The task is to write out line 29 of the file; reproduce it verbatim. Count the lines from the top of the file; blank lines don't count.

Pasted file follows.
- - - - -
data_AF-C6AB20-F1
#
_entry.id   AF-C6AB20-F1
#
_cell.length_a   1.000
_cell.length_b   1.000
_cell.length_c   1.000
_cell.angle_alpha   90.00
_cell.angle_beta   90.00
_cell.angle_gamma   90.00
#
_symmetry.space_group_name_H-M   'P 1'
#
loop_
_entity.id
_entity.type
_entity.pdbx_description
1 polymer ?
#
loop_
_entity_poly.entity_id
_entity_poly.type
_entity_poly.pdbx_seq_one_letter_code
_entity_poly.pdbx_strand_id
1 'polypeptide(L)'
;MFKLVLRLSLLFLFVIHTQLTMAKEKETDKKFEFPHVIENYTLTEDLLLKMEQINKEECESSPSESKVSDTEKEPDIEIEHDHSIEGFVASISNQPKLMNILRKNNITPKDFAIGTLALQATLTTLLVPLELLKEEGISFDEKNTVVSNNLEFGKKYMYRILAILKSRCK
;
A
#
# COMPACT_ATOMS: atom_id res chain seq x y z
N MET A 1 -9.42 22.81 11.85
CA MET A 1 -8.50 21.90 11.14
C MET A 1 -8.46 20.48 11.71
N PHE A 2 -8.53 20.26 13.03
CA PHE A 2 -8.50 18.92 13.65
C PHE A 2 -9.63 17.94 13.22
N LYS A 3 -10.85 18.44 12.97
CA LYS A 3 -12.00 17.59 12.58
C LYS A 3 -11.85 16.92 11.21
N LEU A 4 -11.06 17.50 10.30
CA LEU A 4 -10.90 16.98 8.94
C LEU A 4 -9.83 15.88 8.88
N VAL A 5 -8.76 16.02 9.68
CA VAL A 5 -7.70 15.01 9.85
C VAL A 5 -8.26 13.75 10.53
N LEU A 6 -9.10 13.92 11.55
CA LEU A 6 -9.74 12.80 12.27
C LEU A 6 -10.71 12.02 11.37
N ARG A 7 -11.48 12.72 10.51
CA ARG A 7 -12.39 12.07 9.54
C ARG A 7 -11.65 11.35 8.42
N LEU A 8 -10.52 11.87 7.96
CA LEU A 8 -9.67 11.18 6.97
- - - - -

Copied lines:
#